College Physics for AP® Courses 2e

# Chapter 29

### Problems & Exercises

1.

(a) 0.070 eV

(b) 14

3.

(a) $2.21×1034 J2.21×1034 J$

(b) $2.26×10342.26×1034$

(c) No

4.

263 nm

6.

3.69 eV

8.

0.483 eV

10.

2.25 eV

12.

(a) 264 nm

(b) Ultraviolet

14.

$1.95 × 10 6 m/s 1.95 × 10 6 m/s$

16.

(a) $4.02×1015/s4.02×1015/s$

(b) 0.256 mW

18.

(a) $–1.90 eV–1.90 eV$

(b) Negative kinetic energy

(c) That the electrons would be knocked free.

20.

$6.34 × 10 − 9 eV 6.34 × 10 − 9 eV$, $1.01 × 10 − 27 J 1.01 × 10 − 27 J$

22.

$2 . 42 × 10 20 Hz 2 . 42 × 10 20 Hz$

24.
$hc = 6.62607 × 10 − 34 J ⋅ s 2.99792 × 10 8 m/s 10 9 nm 1 m 1.00000 eV 1.60218 × 10 − 19 J = 1239.84 eV ⋅ nm ≈ 1240 eV ⋅ nm hc = 6.62607 × 10 − 34 J ⋅ s 2.99792 × 10 8 m/s 10 9 nm 1 m 1.00000 eV 1.60218 × 10 − 19 J = 1239.84 eV ⋅ nm ≈ 1240 eV ⋅ nm$
26.

(a) 0.0829 eV

(b) 121

(c) 1.24 MeV

(d) $1.24×1051.24×105$

28.

(a) $25.0 × 103 eV 25.0 × 103 eV$

(b) $6.04 × 1018 Hz 6.04 × 1018 Hz$

30.

(a) 2.69

(b) 0.371

32.

(a) $1.25 × 1013 photons/s 1.25 × 1013 photons/s$

(b) 997 km

34.

$8.33 × 10 13 photons/s 8.33 × 10 13 photons/s$

36.

181 km

38.

(a) $1.66 × 10 − 32 kg ⋅ m/s 1.66 × 10 − 32 kg ⋅ m/s$

(b) The wavelength of microwave photons is large, so the momentum they carry is very small.

40.

(a) 13.3 μm

(b) $9.38×10-29.38×10-2$ eV

42.

(a) $2.65×10−28kg⋅m/s2.65×10−28kg⋅m/s$

(b) 291 m/s

(c) electron $3.86×10−26 J3.86×10−26 J$, photon $7.96×10−20 J7.96×10−20 J$, ratio $2.06×1062.06×106$

44.

(a) $1.32×10−13 m1.32×10−13 m$

(b) 9.39 MeV

(c) $4.70×10−2 MeV4.70×10−2 MeV$

46.

$E=γmc2mc2E=γmc2mc2$ and $P=γmuP=γmu$, so

$EP = γmc2 γmu = c2 u . EP = γmc2 γmu = c2 u .$

As the mass of particle approaches zero, its velocity $uu$ will approach $cc$, so that the ratio of energy to momentum in this limit is

$limm→0 E P = c2 c = c limm→0 E P = c2 c = c$

which is consistent with the equation for photon energy.

48.

(a) $3 . 00 × 10 6 W 3 . 00 × 10 6 W$

(b) Headlights are way too bright.

(c) Force is too large.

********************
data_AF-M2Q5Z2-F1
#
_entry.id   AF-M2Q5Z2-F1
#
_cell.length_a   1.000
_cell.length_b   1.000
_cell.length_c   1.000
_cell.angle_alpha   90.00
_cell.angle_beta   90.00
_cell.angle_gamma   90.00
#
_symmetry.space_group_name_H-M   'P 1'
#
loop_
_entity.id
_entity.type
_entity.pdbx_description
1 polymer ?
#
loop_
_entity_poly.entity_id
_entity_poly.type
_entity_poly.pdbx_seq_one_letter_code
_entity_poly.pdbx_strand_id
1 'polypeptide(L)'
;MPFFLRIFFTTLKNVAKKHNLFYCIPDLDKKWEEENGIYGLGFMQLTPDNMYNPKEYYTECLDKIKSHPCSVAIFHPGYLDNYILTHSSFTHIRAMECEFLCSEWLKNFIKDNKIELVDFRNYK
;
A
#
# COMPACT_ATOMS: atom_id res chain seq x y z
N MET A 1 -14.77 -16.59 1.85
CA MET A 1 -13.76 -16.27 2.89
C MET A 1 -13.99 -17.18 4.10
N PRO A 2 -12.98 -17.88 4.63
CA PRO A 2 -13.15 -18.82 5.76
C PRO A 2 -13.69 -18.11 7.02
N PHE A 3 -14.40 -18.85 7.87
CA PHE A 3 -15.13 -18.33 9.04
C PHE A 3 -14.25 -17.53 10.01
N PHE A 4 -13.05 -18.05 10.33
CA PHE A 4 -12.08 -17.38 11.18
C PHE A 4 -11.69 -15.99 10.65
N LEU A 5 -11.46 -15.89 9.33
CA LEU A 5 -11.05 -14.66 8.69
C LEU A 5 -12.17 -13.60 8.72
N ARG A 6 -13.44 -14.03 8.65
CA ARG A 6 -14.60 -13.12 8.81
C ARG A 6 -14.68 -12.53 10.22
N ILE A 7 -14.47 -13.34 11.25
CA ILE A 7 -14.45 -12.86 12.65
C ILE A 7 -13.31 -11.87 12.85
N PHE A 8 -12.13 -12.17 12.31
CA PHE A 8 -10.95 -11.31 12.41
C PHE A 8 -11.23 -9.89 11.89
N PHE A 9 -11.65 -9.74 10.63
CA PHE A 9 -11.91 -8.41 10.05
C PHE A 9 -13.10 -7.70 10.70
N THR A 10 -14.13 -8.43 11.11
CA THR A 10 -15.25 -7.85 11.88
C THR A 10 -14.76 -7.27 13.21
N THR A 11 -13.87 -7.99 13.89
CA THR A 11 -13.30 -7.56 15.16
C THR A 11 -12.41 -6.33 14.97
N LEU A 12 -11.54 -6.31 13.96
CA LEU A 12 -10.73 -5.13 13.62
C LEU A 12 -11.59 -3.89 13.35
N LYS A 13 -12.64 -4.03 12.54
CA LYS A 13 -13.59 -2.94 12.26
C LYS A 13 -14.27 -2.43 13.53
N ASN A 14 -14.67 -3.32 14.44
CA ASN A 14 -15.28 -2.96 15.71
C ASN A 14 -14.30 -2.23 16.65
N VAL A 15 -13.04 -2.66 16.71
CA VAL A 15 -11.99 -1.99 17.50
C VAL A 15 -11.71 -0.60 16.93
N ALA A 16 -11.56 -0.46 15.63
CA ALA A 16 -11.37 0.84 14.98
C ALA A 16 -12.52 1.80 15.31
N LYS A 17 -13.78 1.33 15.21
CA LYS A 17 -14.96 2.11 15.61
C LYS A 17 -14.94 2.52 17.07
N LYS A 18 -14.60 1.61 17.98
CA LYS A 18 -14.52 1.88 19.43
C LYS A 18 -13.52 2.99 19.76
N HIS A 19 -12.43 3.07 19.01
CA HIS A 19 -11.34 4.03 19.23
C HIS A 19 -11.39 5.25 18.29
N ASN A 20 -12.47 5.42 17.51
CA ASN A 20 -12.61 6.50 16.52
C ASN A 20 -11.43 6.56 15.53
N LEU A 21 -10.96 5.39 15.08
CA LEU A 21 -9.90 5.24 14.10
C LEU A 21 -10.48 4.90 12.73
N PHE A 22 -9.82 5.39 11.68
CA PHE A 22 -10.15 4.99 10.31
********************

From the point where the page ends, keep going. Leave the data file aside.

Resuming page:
49.

$7.28 × 10 –4 m 7.28 × 10 –4 m$

51.

$6.62 × 10 7 m/s 6.62 × 10 7 m/s$

53.

$1.32 × 10 –13 m 1.32 × 10 –13 m$

55.

(a) $6.62×107 m/s6.62×107 m/s$

(b) $22.9 MeV22.9 MeV$

57.
15.1 keV
59.

(a) 5.29 fm

(b) $4.70×10−12 J4.70×10−12 J$

(c) 29.4 MV

61.

(a) $7.28×1012 m/s7.28×1012 m/s$

(b) This is thousands of times the speed of light (an impossibility).

(c) The assumption that the electron is non-relativistic is unreasonable at this wavelength.

62.

(a) 57.9 m/s

(b) $9.55×10−9 eV9.55×10−9 eV$

(c) From Table 29.1, we see that typical molecular binding energies range from about 1eV to 10 eV, therefore the result in part (b) is approximately 9 orders of magnitude smaller than typical molecular binding energies.

64.

29 nm,

290 times greater

66.

$1 . 10 × 10 − 13 eV 1 . 10 × 10 − 13 eV$

68.

$3 . 3 × 10 − 22 s 3 . 3 × 10 − 22 s$

70.

$2.66 × 10 − 46 kg 2.66 × 10 − 46 kg$

72.

0.395 nm

74.

(a) $1.3 × 10 − 19 J 1.3 × 10 − 19 J$

(b) $2 . 1 × 10 23 2 . 1 × 10 23$

(c) $1 . 4 × 10 2 s 1 . 4 × 10 2 s$

76.

(a) $3.35×105 J3.35×105 J$

(b) $1.12×10–3 kg⋅m/s1.12×10–3 kg⋅m/s$

(c) $1.12×10–3 m/s1.12×10–3 m/s$

(d) $6.23×10–7 J6.23×10–7 J$

78.

(a) $1.06×1031.06×103$

(b) $5.33×10−16kg⋅m/s5.33×10−16kg⋅m/s$

(c) $1.24×10−18m1.24×10−18m$

80.

(a) $1 . 62 × 10 3 m/s 1 . 62 × 10 3 m/s$

(b) $4 . 42 × 10 − 19 J 4 . 42 × 10 − 19 J$ for photon, $1 . 19 × 10 − 24 J 1 . 19 × 10 − 24 J$ for electron, photon energy is $3 . 71 × 10 5 3 . 71 × 10 5$ times greater

(c) The light is easier to make because 450-nm light is blue light and therefore easy to make. Creating electrons with $7.43 μeV 7.43 μeV$ of energy would not be difficult, but would require a vacuum.

81.

(a) $2 . 30 × 10 − 6 m 2 . 30 × 10 − 6 m$

(b) $3 . 20 × 10 − 12 m 3 . 20 × 10 − 12 m$

83.

$3 . 69 × 10 − 4 ºC 3 . 69 × 10 − 4 ºC$

85.

(a) 2.00 kJ

(b) $1.33×10−5kg⋅m/s1.33×10−5kg⋅m/s$

(c) $1.33×10−5 N1.33×10−5 N$

(d) yes

87.

(a)

(b)

(c) Yes, conservation of momentum applies.

(d) The photon with the longer wavelength has less momentum than the one with the shorter wavelength.

### Test Prep for AP® Courses

1.

(b)

3.

(c)

5.

(b)

7.

(c)

9.

(c)

11.

(a)

13.

(a)

15.

(c)

17.

(d)

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